Tag Archives: ocean science
Special keynote address, discussion panel, and reception to engage and enlighten scientists
- A keynote address by Margaret Leinen, Director of the Scripps Institution of Oceanography, current president of the American Geophysical Union, and a US State Department Science Envoy.
- A conversational reaction panel moderated by Mike Goodchild (UCSB emeritus) with John Wilson (USC), Marco Painho (U. Nova de Lisboa), Ming Tsou (San Diego State), and Cyrus Shahabi (USC).
- Audience Q/A and discussion.
- Networking reception: Enjoy stunning views of the San Diego Harbor, delicious appetizers, and a hosted bar of beer, wine, soft drinks, and bottled water.
As a follow on to a comprehensive global Ecological Land Units map that Esri and the USGS released in December 2014, a new global Ecological Marine Units (EMU) map will be available in the coming months. To better understand the significance of the new global EMU map and the data behind it, I recently met with Dr. Dawn Wright, Esri’s chief scientist, to find out more about why this map was created and how it will be used.
What is the Ecological Marine Units map?
The Ecological Marine Units (EMU) map seeks to portray a systematic division and classification of physiographic and ecological information about features in the ocean. The project is a new undertaking of Esri in collaboration with Dr. Roger Sayre of the USGS, the Marine Conservation Institute, NatureServe, the University of Auckland, GRID-Arendal, NOAA, Duke University, the Woods Hole Oceanographic Institution, and many other partners.
Recent innovations in information, analyses, and science-policy linkages can help guide the planet towards a more resilient future.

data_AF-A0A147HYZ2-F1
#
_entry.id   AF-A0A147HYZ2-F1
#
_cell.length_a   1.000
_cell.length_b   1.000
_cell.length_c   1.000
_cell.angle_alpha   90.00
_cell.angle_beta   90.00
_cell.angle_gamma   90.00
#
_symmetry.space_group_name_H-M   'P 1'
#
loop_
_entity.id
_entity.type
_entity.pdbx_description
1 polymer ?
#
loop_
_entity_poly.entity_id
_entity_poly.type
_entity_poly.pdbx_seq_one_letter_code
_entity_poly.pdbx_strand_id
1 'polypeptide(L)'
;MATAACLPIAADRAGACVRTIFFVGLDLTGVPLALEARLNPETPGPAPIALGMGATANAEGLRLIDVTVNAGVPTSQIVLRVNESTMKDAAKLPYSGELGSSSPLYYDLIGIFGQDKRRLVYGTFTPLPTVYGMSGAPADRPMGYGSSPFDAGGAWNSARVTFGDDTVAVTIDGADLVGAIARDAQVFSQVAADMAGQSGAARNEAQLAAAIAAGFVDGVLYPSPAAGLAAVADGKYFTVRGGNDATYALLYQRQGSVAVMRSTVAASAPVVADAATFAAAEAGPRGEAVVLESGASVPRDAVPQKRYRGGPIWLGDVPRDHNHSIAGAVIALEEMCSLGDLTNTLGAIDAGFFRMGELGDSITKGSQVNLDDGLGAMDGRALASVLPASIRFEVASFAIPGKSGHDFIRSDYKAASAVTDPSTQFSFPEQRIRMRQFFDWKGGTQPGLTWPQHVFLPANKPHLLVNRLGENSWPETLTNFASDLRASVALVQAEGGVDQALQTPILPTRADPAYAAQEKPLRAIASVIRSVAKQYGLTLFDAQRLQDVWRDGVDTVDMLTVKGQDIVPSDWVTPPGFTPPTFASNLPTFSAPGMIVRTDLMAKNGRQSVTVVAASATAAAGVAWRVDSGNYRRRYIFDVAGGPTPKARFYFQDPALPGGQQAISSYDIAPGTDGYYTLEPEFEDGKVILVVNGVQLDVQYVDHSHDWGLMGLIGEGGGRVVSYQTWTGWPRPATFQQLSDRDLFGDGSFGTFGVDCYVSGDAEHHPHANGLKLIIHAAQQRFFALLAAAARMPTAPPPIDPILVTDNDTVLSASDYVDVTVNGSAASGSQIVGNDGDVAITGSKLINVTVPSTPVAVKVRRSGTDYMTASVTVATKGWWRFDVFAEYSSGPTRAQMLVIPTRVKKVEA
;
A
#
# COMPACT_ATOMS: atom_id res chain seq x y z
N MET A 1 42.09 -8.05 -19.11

For many of us when we think about the ocean, it’s a situation of “out of sight, out of mind.” In our limited awareness of the ocean, we see only the surface and think only of vast expanses of lifeless water, not realizing all of the complexities at play.
In fact, the ocean provides over HALF of the oxygen that we breathe. It regulates ALL of our weather patterns, it feeds us, and it provides for our energy and economy.
The ocean is a champion at absorbing human-derived (anthropogenic) CO2. Around half of all carbon dioxide produced by humans since the industrial revolution has dissolved into the world’s oceans. Coastal habitats store five times more carbon than do inland tropical forests. This has all helped to slow global warming.
So in reality, the ocean is vital to all of us, no matter WHERE we live. Continue reading
Updated: May 15, 2016 Jump to: Current Projects | Other Initiatives | Staying Connected | Deepsea Dawn2016 UC Science Symposium NEW! | R – ArcGIS Integration Hot! | 2015/’16 Road Map Hot! At Esri we are concerned with supporting basic … Continue reading
This past week (November 7-8, 2012), we held the first and only Esri Oceans Summit at Esri headquarters in Redlands. This was an invitation-only, high-level strategy workshop attended by intermediate to advanced ocean GIS analysts and developers, including many long-time users of Esri software. It was also an important deliverable of our new Oceans GIS Initiative.
More than 50 attendees triumphed over agency travel restrictions, budget cuts, busy schedules, the aftermath of Hurricane Sandy, and other obstacles in order to be here with us at their own expense. They came ready to discuss with more than 40 Esri employees the various GIS functional requirements for ocean science, justification for and validation of such approaches, use cases, and the like. One major goal was for Esri to listen carefully to these attendees in order to help us move forward in our thinking about our approaches and our products to better serve ocean science and resource management. Esri employees came from all parts of the organization: Industry Solutions/Marketing, Core Development, Sales, Professional Services, and more.